September 17, 2008
Quantum state engineering of ultracold matter and precise control of optical fields have allowed accurate measurement of light-matter interactions for applications in precision tests of fundamental physics. State-of-the-art lasers now maintain optical phase coherence over one second. Optical frequency combs distribute this optical phase coherence across the entire visible and infrared parts of the electromagnetic spectrum, leading to direct visualization and measurement of light ripples. An the same time, ultracold atoms confined in a carefully engineered optical lattice allow us to minimize quantum decoherence while strengthen the clock signal. For 87Sr, we achieve a resonance quality factor >2 x 1014 on the 1S0 – 3P0 doubly forbidden clock transition at 698 nm. The uncertainty of this new clock has reached 1 x 10-16 and its instability approaches 1 x 10-15 at 1 s. These developments represent a remarkable convergence of ultracold atoms, laser stabilization, and ultrafast science. Further improvements are still tantalizing, with quantum measurement and precision metrology combining forces to explore the next frontier.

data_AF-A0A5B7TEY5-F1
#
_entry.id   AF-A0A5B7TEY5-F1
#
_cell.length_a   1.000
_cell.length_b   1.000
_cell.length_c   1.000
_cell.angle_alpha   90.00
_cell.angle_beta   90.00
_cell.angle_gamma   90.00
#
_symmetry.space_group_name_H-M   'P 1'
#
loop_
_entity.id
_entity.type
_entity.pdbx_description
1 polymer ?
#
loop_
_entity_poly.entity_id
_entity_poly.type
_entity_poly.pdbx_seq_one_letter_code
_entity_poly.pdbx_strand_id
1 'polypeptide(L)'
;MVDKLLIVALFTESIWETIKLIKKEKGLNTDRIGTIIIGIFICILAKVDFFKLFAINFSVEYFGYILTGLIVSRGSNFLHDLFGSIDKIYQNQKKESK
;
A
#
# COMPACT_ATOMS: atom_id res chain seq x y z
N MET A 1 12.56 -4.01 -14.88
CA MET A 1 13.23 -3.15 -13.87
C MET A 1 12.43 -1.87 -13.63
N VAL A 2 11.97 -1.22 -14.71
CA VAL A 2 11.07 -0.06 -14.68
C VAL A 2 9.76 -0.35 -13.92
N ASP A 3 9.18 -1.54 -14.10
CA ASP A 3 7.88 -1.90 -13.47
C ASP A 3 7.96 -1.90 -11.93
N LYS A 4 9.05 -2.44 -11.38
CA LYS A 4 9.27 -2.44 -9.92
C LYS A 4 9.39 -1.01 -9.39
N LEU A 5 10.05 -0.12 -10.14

Jun Ye received his Ph.D. degree from the University of Colorado, Boulder, in 1997. He was a R.A. Millikan Postdoctoral Fellow at the California Institute of Technology from 1997-1999. He has been a Fellow of JILA, the National Institute of Standards and Technology and the University of Colorado, since 2001. He is a Fellow of NIST, a Fellow of the American Physical Society, and a Fellow of the Optical Society of America. His research interests include precision measurement, ultracold atoms and molecules, optical frequency metrology, and ultrafast science and quantum control. He has co-authored over 200 technical papers and has delivered over 200 invited talks. Awards and honors include I. I. Rabi Prize from the American Physical Society, Carl Zeiss Research Award, William F. Meggers Award and Adolph Lomb Medal from the Optical Society of America, Arthur S. Flemming Award, Presidential Early Career Award for Scientists and Engineers, U.S. Commerce Department group Gold Medal, Friedrich Wilhem Bessel Award from Alexander von Humboldt Foundation, and Samuel Wesley Stratton Award from NIST. The research group web page is http://jilawww.colorado.edu/YeLabs/.